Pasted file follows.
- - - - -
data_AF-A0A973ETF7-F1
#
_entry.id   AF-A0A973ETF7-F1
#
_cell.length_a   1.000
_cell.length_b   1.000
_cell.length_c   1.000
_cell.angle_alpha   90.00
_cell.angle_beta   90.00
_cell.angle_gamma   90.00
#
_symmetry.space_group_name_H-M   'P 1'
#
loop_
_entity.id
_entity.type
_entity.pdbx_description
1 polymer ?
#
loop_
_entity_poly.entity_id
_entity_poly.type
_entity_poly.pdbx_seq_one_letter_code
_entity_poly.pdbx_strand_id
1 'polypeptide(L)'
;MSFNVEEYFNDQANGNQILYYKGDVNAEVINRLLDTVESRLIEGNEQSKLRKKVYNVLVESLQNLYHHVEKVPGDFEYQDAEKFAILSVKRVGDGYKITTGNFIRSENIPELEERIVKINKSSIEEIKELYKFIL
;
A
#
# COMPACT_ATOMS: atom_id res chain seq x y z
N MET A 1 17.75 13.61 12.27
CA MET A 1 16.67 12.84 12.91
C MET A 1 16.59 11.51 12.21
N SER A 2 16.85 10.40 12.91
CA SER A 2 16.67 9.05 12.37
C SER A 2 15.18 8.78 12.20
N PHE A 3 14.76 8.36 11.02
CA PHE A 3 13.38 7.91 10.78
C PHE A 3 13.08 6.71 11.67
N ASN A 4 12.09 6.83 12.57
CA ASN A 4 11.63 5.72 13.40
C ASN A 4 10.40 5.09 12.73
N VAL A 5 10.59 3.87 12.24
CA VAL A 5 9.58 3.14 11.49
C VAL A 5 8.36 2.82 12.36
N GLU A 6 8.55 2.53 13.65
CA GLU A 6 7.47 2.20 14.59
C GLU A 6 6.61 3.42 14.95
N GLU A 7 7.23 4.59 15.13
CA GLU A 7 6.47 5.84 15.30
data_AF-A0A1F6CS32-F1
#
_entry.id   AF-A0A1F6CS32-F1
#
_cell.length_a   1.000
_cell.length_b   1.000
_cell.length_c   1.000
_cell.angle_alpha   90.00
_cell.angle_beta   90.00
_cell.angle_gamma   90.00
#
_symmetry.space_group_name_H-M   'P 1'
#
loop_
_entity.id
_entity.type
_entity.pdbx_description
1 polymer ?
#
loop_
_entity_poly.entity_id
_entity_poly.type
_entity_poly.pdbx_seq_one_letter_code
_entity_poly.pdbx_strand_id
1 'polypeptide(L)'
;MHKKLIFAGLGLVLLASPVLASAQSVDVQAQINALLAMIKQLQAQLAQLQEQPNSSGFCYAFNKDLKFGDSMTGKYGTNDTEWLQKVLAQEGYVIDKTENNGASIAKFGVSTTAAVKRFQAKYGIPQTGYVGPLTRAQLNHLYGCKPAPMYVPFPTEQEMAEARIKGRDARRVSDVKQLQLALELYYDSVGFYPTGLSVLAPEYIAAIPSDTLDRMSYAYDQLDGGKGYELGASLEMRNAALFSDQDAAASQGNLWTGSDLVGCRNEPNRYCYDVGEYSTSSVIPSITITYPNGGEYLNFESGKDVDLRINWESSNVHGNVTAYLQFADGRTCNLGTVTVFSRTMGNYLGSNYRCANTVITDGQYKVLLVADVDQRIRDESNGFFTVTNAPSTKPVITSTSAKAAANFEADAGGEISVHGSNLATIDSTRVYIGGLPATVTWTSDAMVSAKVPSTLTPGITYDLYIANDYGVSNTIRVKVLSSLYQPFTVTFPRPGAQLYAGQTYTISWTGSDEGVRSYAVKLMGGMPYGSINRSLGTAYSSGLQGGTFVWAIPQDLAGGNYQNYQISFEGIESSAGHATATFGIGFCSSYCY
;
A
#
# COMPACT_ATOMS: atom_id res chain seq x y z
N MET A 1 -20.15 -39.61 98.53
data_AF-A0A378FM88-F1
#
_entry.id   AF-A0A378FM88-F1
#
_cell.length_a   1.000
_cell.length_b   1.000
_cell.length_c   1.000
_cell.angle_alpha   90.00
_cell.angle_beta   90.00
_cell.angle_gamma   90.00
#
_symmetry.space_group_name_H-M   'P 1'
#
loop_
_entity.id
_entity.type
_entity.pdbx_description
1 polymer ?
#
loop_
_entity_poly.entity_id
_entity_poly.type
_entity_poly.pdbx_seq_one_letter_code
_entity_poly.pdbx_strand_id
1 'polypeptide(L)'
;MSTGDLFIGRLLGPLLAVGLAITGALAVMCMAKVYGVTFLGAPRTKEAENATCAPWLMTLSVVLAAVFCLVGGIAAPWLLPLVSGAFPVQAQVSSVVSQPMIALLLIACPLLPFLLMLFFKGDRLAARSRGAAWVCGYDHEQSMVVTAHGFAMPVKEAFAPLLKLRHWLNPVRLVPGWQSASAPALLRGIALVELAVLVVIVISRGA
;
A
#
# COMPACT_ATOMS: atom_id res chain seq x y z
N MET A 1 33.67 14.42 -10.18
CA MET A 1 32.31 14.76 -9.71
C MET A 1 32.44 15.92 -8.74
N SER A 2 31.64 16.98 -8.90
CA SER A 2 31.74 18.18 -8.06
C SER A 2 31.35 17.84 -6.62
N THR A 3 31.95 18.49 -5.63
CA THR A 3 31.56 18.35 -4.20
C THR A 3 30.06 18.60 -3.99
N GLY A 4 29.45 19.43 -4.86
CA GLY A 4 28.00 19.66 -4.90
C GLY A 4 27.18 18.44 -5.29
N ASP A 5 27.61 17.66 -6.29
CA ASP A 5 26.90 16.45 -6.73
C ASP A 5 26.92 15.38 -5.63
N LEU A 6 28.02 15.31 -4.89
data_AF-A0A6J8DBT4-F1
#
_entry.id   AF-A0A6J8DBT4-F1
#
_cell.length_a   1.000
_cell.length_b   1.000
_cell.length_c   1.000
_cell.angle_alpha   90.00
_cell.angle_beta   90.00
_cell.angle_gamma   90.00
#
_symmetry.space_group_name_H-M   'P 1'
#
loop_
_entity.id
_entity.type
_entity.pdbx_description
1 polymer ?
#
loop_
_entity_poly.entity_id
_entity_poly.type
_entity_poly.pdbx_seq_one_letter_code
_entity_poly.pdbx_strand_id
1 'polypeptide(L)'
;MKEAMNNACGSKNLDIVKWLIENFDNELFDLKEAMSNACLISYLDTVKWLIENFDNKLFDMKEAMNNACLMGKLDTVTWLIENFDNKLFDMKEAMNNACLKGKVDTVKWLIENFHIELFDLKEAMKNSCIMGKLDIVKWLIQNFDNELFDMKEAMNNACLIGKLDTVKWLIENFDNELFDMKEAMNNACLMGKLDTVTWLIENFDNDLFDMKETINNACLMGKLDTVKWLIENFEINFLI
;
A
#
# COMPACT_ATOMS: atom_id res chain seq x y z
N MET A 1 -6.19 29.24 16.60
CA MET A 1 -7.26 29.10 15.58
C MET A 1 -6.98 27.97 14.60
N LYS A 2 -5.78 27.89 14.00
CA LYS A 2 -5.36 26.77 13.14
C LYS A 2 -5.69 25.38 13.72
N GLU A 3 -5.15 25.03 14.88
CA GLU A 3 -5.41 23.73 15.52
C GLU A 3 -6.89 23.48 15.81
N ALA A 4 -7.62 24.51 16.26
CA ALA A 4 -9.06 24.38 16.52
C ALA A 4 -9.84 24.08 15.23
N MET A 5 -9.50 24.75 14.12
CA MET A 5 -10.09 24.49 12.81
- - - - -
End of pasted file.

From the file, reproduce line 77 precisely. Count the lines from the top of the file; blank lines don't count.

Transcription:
;